The City of Red Deer will make sign changes at Heritage Ranch after a woman complained that her family and their vehicle got locked inside the gates on Saturday evening.
Lea Lavallee said she, her husband and two children drove into Heritage Ranch at about 6:50 p.m., parked and took a quick walk. Leaving the lot at 7 p.m., they found the gate had been locked. People in six other vehicles also found their exit blocked.
“It doesn’t say the gates will be locked,” Lavallee said this week, adding that there is a sign with “business hours” that end at 5:30 p.m.
Lavallee and her husband confronted a man they believe works at Heritage Ranch. He said the city closes the gates at 5:30 p.m. and that someone from the city would have to come down to let them all out, Lavallee said. About 35 minutes later, he reappeared and let them out himself, she said.
Lavallee complained to the City of Red Deer, which owns the land and contracts out operation of Heritage Ranch services, about the lack of signage and problems with the man. She wanted to know whose responsibility it was to look after the gates and why they were locked out.
“Personally, I won’t be back at Heritage Ranch. We were treated terribly there.”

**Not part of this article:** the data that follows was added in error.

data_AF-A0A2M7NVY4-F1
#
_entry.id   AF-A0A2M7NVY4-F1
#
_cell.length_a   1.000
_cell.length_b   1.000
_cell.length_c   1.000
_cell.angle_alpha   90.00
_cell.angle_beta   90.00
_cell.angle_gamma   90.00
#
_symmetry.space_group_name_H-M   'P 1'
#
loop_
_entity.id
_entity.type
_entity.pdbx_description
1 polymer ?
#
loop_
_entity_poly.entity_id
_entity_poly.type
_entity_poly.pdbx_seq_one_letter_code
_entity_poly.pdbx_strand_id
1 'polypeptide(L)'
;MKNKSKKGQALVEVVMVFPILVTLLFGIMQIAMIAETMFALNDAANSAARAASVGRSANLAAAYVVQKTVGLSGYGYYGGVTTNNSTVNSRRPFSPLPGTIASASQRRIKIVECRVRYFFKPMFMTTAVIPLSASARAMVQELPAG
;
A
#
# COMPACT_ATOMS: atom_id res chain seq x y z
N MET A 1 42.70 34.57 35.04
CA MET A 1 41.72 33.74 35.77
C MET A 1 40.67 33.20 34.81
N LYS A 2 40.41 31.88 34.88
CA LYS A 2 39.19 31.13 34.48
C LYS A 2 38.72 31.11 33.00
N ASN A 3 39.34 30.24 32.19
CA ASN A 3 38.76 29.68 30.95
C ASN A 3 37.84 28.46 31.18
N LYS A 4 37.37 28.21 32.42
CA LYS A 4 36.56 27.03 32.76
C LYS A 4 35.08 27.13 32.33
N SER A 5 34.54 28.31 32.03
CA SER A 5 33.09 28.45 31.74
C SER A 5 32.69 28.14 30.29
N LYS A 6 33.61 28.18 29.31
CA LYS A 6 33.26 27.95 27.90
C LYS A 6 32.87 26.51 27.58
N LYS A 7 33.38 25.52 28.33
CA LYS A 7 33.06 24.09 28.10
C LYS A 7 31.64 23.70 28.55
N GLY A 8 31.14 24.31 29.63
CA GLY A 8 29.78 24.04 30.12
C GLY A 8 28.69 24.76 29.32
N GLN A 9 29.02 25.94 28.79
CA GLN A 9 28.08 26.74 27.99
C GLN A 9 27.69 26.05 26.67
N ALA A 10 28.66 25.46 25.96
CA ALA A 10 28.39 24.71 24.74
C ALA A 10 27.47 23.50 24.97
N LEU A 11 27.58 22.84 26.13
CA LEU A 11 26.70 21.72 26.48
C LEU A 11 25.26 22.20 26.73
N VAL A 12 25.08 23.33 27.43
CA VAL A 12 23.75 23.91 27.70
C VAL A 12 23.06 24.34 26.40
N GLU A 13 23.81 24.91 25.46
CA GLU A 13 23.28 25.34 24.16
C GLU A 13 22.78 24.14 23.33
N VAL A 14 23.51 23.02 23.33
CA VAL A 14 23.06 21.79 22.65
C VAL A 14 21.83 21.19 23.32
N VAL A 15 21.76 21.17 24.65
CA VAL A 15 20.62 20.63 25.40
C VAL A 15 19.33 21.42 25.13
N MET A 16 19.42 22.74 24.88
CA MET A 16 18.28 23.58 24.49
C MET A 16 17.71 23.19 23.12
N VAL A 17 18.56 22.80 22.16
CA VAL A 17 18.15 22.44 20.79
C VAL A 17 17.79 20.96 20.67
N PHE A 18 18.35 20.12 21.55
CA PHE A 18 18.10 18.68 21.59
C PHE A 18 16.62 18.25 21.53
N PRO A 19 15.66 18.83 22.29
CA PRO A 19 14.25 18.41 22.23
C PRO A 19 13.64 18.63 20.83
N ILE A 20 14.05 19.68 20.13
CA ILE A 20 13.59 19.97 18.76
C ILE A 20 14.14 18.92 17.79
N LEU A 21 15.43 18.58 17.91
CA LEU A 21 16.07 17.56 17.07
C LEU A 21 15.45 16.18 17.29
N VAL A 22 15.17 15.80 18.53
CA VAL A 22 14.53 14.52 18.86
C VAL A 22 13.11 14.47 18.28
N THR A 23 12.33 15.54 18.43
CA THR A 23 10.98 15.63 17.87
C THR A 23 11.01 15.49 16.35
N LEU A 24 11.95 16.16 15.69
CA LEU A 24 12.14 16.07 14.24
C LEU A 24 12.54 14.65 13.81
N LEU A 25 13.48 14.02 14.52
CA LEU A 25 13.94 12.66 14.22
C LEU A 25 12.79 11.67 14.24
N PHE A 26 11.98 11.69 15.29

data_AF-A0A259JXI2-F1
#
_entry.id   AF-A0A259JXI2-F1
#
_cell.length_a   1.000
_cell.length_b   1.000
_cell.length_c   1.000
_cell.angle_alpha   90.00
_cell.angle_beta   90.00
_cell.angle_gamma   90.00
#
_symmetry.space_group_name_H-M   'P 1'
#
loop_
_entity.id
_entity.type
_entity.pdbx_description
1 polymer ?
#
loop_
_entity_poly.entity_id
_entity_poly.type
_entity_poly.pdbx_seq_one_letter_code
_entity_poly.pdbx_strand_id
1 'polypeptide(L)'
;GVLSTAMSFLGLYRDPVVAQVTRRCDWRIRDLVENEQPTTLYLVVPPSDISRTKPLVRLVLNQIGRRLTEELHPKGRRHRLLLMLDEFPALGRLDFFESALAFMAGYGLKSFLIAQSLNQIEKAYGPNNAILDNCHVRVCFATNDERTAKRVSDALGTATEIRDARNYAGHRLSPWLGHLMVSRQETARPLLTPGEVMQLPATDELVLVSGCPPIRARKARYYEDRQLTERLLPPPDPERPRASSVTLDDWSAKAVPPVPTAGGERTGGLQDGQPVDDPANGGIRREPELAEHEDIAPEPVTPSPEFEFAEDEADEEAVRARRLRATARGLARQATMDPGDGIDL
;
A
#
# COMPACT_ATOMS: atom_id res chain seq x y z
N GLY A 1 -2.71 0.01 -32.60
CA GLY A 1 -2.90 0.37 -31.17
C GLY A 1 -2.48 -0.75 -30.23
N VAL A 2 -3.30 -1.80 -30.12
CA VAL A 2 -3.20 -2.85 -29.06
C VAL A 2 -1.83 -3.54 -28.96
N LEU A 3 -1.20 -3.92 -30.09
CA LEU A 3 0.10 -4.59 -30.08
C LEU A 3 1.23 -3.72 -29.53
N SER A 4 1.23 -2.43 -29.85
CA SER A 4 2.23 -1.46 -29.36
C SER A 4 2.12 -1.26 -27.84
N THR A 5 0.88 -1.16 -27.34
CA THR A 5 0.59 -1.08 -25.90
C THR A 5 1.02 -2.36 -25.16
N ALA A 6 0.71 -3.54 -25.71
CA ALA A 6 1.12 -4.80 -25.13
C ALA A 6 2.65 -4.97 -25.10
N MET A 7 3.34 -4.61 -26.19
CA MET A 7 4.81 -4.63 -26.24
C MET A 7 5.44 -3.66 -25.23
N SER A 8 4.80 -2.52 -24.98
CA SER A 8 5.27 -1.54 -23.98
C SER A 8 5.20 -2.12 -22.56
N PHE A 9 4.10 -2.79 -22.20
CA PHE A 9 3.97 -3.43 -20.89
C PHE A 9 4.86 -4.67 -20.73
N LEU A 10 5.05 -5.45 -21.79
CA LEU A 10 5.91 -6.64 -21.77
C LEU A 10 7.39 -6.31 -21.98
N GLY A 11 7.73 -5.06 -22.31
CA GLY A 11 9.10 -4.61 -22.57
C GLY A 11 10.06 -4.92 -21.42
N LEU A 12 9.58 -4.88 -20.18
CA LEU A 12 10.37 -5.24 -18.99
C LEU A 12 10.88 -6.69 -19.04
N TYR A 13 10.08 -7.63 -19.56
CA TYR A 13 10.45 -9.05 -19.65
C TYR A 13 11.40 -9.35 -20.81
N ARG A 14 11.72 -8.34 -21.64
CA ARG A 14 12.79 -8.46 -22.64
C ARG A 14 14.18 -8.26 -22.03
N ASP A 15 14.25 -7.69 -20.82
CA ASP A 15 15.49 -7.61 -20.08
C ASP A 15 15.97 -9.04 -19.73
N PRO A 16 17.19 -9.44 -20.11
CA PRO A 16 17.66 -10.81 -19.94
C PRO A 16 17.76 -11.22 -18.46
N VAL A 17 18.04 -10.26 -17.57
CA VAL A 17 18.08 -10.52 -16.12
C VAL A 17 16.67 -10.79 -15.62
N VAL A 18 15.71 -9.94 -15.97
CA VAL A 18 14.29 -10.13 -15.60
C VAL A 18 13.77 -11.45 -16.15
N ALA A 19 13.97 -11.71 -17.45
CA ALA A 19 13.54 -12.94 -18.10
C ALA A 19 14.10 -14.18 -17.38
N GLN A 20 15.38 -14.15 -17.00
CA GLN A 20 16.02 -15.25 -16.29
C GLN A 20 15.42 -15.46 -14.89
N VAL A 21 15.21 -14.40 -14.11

The city responded on Monday afternoon by putting up temporary signage at Heritage Ranch regarding the gates, with permanent signage expected in the future with a contact telephone number in case people find themselves locked in.
“In following up with complaint, we do certainly agree that the sign is not specific enough that the gates are locked at 5:30,” said City of Red Deer recreation superintendent Kay Kenny. “There certainly could be some misinterpretation of the intent there.”
Kenny said they would look at expanding the parking lot’s hours and also look into new ways to provide security to the facility and its animals without necessarily locking the gates to visitors.
The city delivered a letter to the contractor who operates Heritage Ranch on Monday, telling him that what happened was “not acceptable.”
The city will in the future monitor that the gates are locked when they’re supposed to, Kenny added.
“This is really unfortunate for the people who were in there and it really resulted from the operator of the facility not locking the gates on time.”
The current operator’s contract expires at the end of the month and he didn’t submit a proposal to get a new one, Kenny said. A Lacombe man will take over operations next month.
The current operator could not be reached for comment.